Top 20 Accusations Against Rod Blagojevich

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The more we hear about Rod Blagojevich‘s alleged crime spree as governor of Illinois, the more we can’t believe he went quietly when police arrested him this morning. Movies have taught us that when someone is this drunk on power, their reign of terror usually ends with them falling from the scaffolding of a burning warehouse in a flurry of bullets, surrounded by fallen henchmen and flaming cop cars. Despite the lack of such drama, here are twenty of the accusations made against the governor today by the U.S. Attorney’s office.

  • According to U.S. Attorney David Fitzgerald, Blagojevich is attempting to sell the U.S. senate seat he would be in charge of appointing when Barack Obama becomes president. “It’s a f—ing valuable thing,” he reportedly said. “You just don’t give it away for nothing….I’ve got this thing, and it’s f—ing golden.”
  • Blagojevich, presumably having contacted Obama’s staff, seeked “appointment as secretary of health and human services or an ambassadorship, an appointment to a private foundation, a higher paying job for his wife or campaign contributions,” according to Fitzgerald. Local media has suggested that Illinois Rep. Rahm Emanuel, Obama’s Chief of Staff, may have tipped off authorities about Blagojevich’s proposals.
  • At one point, Blagojevich proposed taking a high-paying union job in exchange for Obama getting his choice of Senate replacement, with the union getting benefits from Obama. When the deal fell through, the governor told his wife Patti and their aides, “They’re not willing to give me anything but appreciation. F— them.”
  • Blagojevich considered taking the Senate position in order to avoid impeachment as Governor, as well as set himself up for a 2016 presidential run. ” “If they’re not going to offer anything of any value,” he said, “then I might just take it.”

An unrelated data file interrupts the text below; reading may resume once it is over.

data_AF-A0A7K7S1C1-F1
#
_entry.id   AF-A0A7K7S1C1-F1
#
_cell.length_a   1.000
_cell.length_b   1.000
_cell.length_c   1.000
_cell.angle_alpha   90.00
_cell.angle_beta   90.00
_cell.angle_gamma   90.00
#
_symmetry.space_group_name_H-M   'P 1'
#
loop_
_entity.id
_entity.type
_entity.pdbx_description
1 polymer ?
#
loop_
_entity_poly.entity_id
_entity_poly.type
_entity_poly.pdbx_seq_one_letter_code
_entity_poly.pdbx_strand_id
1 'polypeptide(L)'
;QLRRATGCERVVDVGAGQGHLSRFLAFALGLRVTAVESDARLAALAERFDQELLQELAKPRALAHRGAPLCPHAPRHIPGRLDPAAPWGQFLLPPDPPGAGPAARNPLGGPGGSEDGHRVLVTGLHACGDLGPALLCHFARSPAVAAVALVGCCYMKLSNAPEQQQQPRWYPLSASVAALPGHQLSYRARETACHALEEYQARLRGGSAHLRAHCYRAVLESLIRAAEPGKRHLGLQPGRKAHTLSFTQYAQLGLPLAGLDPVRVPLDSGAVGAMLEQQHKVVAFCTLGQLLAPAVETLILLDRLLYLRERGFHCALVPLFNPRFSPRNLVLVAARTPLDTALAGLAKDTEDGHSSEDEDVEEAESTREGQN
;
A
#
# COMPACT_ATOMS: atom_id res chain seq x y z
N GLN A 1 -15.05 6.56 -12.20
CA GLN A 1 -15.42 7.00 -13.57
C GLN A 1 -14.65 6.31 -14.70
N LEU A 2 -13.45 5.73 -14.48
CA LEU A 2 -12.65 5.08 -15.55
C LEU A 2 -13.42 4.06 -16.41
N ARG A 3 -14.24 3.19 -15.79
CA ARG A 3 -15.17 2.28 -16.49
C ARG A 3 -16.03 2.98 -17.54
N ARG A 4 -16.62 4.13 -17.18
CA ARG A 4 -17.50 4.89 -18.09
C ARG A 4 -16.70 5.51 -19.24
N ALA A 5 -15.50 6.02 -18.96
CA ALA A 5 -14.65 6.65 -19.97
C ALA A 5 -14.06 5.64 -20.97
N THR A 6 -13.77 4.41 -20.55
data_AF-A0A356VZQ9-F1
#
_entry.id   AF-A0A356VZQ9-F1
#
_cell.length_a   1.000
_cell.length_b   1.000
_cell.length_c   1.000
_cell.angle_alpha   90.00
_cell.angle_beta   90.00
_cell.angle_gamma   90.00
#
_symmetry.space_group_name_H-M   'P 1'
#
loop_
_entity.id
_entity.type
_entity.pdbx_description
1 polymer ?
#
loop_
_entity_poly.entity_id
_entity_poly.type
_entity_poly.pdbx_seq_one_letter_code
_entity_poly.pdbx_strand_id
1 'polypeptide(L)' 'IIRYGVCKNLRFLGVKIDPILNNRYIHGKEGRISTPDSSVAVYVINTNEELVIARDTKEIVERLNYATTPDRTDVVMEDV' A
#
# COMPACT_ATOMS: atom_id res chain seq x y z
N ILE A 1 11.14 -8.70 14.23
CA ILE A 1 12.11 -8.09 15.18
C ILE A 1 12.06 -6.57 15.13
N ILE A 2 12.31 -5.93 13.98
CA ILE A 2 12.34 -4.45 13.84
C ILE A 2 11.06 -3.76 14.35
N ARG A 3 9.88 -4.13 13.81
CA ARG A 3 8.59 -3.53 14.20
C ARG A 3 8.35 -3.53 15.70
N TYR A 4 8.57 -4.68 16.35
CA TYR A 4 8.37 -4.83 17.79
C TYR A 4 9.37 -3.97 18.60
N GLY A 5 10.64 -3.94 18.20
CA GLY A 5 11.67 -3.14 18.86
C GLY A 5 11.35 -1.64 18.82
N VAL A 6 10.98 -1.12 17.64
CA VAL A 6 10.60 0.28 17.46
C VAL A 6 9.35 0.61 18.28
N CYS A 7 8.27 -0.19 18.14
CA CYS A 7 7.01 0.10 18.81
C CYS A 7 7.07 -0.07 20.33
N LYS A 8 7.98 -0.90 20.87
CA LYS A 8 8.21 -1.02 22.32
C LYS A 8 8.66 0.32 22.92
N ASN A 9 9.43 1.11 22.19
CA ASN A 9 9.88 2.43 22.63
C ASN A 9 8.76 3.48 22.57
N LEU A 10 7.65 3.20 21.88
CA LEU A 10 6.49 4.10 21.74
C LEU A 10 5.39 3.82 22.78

• Blagojevich compared his position in regards to the Senate seat to a sports agent shopping a player around to “the highest bidder.”
  • The governor discussed starting a “non-profit organization” to hit up rich friends of Obama’s like Warren Buffett for up to $15 million. He would then run the organization when he retired as governor.
  • He described his “non-profit” fantasy to a union leader representing a Senatorial candidate, who said he’d “run it up the pole.”
  • Blagojevich also discussed getting “some money up front, maybe” from a potential Senatorial candidate.
  • Blagojevich ran a pay-to-play scheme to receive money from contractors who benefit from his actions as governor.
  • Upon learning he was under investigation for fraud and bribery, Blagojevich and his associates worked “feverishly to get as much money from contractors, shaking then down, pay-to-play, before the end of the year,” according to Fitzgerald.
  • When a $1.8 billion tollway project was announced, Blagojevich tried to get beneficiaries of the contract to give $100,000 in contributions.
  • Blagojevich noted abotu the project, “I could have made a larger announcement but wanted to see how they would perform by the end of the year. If they don’t perform, f— ‘em.”
  • The governor allotted $8 million in funds to Children’s Memorial Hospital, believing he would get $50,000 back from the hospital’s CEO. When the money never came, he checked with staff to see if he could pull back the funding.
  • A bill involving the diverting of casino funds for horseracing has been held up because Blagojevich has yet to receive $100,000 contributions from those who would benefit.
  • After the Chicago Tribune called for his impeachment in editorials, the governor and John Harris, his chief of staff, warned the Tribune Company that they would have to fire certain editors if they wanted to get the sale of Wrigley Field, which they owned, passed. “Fire all those f—ing people. Get them the f— out of there. And get us some editorial support,” he reportedly said.
  • All together, Blagojevich was looking to acquire about $2.5 million in “contributions” through these illegal shakedowns.
  • Blagojevich told Harris that he was “financially hurting,” and that he needed this money for “security” and to stay “politically viable.”
  • Many of his pay-to-play schemes were done with the participation of convicted felons like the infamous Tony Rezko.
  • Fearing that the money in his Friends Of Blagojevich campaign fund would be frozen if arrested, he considered prepaying his criminal attorney, believing the attorney would re-donate the money if his services weren’t required.
  • Fitzgerald said that Blagojevich’s actions would “make [Abraham] Lincoln roll over in his grave.”

[Photo: Getty Images]